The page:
Businesses That Have Filed for Bankruptcy Due to COVID-19

No business has been immune to the economic impacts of the COVID-19 pandemic. Over the past few months, thousands of businesses, from mom-and-pop corner stores to corporate giants, have been forced to lay off employees, close locations, and take drastic action to stay solvent. And although there are grants and other relief options available to help businesses, one of the most viable avenues toward recovery is by declaring bankruptcy.

Bankruptcy is far from a death sentence for most businesses. When companies file Chapter 11 bankruptcy, they negotiate with creditors to restructure debt terms rather than throw in the towel completely. Some of the nation’s largest companies, like GM, Delta Airlines, and American Airlines have filed for bankruptcy over the past couple of decades and bounced back to profitability.

Still, the COVID-19 pandemic has wreaked havoc on large businesses, causing a significant spike in bankruptcy claimsAccording to Epiq, 3,600 companies filed for bankruptcy in the first half of 2020, a number that reflects a 26% increase year over year.[1]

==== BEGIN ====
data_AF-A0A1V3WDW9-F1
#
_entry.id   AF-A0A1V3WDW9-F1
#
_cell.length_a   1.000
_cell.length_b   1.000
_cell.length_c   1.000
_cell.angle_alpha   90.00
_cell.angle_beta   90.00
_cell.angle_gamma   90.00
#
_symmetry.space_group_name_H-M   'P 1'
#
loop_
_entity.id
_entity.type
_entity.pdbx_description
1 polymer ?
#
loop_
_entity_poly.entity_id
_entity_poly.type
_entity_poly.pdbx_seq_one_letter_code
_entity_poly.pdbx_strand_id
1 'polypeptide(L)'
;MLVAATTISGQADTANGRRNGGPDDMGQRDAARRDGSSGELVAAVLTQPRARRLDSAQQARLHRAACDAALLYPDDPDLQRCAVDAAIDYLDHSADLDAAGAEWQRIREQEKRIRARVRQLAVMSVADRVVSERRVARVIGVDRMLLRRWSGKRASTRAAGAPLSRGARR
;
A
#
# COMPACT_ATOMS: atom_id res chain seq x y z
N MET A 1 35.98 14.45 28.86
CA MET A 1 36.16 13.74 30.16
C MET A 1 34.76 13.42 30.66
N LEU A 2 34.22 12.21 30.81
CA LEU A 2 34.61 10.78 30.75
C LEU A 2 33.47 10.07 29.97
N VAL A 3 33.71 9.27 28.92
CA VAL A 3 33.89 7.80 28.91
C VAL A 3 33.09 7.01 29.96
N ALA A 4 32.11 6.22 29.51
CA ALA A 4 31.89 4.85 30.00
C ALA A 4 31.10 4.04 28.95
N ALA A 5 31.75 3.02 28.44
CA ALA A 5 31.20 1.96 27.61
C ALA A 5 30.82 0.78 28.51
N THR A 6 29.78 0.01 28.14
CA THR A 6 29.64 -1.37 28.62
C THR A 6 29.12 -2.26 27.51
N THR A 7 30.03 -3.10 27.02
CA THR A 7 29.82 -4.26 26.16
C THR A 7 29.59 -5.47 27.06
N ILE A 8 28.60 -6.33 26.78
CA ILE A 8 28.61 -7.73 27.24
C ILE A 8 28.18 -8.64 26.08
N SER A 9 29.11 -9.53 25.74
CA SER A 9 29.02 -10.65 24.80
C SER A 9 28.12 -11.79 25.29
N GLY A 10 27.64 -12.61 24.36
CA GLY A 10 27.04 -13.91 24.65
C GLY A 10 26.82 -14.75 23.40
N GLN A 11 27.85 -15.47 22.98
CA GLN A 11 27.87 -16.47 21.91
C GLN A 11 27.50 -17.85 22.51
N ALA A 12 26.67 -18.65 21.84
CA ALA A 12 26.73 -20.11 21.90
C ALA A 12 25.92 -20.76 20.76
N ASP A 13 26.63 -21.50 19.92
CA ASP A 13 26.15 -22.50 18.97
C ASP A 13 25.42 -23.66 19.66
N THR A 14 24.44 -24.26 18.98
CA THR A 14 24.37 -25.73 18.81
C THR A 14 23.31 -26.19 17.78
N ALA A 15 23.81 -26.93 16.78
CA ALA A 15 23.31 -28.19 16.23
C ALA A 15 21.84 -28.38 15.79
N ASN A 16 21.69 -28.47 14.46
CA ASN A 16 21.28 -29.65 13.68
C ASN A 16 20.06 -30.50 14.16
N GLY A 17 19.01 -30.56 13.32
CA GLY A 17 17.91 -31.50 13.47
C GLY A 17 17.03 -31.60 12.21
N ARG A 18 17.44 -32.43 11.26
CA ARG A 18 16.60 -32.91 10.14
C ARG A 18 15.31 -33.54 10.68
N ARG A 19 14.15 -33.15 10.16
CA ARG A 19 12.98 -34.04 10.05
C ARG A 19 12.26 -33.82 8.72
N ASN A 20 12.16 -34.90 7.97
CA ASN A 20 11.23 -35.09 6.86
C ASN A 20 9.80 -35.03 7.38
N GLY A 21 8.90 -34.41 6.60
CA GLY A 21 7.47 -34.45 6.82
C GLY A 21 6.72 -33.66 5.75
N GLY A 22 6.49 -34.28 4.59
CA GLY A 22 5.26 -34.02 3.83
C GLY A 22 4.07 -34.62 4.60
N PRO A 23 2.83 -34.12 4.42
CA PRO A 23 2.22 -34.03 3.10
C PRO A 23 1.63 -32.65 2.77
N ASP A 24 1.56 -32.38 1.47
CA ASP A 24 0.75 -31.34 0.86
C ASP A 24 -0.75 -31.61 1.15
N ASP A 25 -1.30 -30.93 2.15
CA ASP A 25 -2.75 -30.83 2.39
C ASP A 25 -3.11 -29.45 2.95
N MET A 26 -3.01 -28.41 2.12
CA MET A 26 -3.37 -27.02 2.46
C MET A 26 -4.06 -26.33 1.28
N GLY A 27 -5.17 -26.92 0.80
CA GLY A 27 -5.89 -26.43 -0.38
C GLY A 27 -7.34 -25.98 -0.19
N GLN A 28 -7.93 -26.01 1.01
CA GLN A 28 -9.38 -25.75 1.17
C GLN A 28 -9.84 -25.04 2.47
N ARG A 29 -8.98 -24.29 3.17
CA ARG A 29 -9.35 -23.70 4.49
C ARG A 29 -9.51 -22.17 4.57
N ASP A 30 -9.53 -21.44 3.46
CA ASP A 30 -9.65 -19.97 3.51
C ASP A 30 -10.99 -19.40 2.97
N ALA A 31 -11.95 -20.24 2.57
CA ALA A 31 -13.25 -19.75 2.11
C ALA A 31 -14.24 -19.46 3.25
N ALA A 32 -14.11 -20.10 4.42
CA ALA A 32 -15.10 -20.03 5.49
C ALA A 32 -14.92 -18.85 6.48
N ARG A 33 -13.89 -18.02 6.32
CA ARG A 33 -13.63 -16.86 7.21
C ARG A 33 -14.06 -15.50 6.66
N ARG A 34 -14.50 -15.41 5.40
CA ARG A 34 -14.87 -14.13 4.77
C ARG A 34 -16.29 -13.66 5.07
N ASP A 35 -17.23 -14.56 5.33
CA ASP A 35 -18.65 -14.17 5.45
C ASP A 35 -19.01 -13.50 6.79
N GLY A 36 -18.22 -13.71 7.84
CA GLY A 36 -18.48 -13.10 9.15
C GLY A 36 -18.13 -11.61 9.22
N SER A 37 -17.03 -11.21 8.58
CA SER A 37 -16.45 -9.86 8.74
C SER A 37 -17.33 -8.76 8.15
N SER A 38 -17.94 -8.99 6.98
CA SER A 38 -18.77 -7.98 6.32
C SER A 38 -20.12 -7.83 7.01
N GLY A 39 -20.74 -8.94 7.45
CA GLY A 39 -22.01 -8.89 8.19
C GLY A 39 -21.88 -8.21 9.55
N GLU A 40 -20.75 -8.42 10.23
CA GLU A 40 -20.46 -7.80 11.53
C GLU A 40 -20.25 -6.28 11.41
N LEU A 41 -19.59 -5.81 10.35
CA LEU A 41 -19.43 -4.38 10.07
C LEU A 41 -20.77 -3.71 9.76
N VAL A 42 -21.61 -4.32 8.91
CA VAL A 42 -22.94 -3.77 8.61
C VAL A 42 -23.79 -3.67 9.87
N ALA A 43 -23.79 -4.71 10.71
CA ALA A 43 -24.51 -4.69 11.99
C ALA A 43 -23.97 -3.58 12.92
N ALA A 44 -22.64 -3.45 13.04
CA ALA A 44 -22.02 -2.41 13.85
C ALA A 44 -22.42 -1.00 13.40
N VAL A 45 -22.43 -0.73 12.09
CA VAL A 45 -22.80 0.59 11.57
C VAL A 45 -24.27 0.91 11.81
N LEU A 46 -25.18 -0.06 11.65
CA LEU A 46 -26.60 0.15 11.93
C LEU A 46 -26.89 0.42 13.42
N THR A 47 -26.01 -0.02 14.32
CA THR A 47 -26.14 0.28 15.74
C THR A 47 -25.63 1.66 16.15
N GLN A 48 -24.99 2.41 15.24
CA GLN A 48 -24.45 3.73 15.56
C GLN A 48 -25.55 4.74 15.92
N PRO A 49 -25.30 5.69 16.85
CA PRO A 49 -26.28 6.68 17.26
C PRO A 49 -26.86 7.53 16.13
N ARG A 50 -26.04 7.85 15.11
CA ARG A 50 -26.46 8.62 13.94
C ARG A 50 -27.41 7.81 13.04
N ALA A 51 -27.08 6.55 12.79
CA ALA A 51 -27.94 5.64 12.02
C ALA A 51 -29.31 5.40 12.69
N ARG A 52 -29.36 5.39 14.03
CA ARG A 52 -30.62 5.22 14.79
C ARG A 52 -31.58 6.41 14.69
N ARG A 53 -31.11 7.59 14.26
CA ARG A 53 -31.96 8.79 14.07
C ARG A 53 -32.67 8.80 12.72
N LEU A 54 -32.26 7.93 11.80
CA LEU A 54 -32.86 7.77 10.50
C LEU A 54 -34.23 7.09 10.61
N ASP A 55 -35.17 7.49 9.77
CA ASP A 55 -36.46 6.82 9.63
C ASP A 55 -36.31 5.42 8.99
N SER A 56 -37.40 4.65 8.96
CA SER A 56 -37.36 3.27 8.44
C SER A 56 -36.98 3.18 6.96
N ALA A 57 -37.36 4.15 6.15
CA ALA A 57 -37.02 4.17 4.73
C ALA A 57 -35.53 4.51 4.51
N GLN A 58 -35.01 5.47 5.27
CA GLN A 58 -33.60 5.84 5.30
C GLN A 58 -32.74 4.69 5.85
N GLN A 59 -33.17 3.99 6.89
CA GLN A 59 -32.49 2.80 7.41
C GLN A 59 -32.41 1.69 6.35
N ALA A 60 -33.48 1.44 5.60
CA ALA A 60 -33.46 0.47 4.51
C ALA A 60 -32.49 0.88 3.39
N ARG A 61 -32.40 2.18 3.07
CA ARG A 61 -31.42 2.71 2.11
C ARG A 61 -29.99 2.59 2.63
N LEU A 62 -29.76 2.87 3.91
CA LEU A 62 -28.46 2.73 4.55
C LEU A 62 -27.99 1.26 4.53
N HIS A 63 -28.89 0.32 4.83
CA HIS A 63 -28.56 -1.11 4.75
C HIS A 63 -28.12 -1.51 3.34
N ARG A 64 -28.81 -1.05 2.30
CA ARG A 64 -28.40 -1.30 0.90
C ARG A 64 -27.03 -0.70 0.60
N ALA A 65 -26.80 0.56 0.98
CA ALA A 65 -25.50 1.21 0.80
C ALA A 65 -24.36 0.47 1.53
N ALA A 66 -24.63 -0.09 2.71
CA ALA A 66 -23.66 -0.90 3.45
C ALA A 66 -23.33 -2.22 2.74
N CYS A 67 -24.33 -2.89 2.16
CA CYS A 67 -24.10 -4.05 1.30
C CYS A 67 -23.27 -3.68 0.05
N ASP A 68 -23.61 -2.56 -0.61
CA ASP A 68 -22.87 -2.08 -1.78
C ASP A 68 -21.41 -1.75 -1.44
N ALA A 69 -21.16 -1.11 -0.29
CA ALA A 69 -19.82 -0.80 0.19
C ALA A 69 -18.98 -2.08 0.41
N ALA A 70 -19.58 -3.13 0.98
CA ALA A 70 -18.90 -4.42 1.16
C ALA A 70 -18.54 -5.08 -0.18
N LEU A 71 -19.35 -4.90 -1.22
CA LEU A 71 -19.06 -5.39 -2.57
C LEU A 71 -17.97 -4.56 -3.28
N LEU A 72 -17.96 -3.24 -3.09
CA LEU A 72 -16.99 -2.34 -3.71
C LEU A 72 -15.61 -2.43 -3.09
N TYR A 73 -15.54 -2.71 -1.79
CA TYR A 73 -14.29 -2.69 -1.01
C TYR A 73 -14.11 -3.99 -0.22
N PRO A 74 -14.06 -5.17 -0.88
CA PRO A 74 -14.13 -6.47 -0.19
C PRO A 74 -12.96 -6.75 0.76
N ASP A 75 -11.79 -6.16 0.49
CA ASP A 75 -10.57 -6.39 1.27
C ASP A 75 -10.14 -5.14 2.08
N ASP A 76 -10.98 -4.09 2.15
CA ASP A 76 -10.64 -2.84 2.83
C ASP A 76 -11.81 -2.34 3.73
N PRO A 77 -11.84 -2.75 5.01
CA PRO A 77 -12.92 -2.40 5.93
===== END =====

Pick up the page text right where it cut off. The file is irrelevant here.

While bankruptcy doesn’t necessarily mean the end, it does signify changes to come, whether by closing stores, cutting product offerings, laying off employees, or a variety of other cost-cutting measures. That said, here is a list of the major businesses that have filed for bankruptcy due to COVID-19.

Business That Filed for Bankruptcy in 2020

Ann Taylor and Lane Bryant

After launching as Dressbarn in 1962, Ann Taylor and Lane Bryant evolved into Ascena Retail Group in 2011 with more than 2,800 stores, including brands like Loft, Lou & Grey, and Catherines. Now, they’ve declared bankruptcy and released plans to close more than half of their stores.

Apex Parks

Apex Parks owns and operates 14 family entertainment and water parks in New Jersey, California, and Florida, three of the states hit hardest by COVID-19. The forced closure of large public spaces caused problems for many parks and recreation companies, although Apex Parks indicated they do not intend to close permanently.

Brooks Brothers

While the iconic luxury clothing company isn’t closing for good, they will undergo a significant restructuring after filing for bankruptcy in June. They were already struggling as corporate life moves toward more casual dress and now, with many Americans working from home, are closing three U.S. factories.

California Pizza Kitchen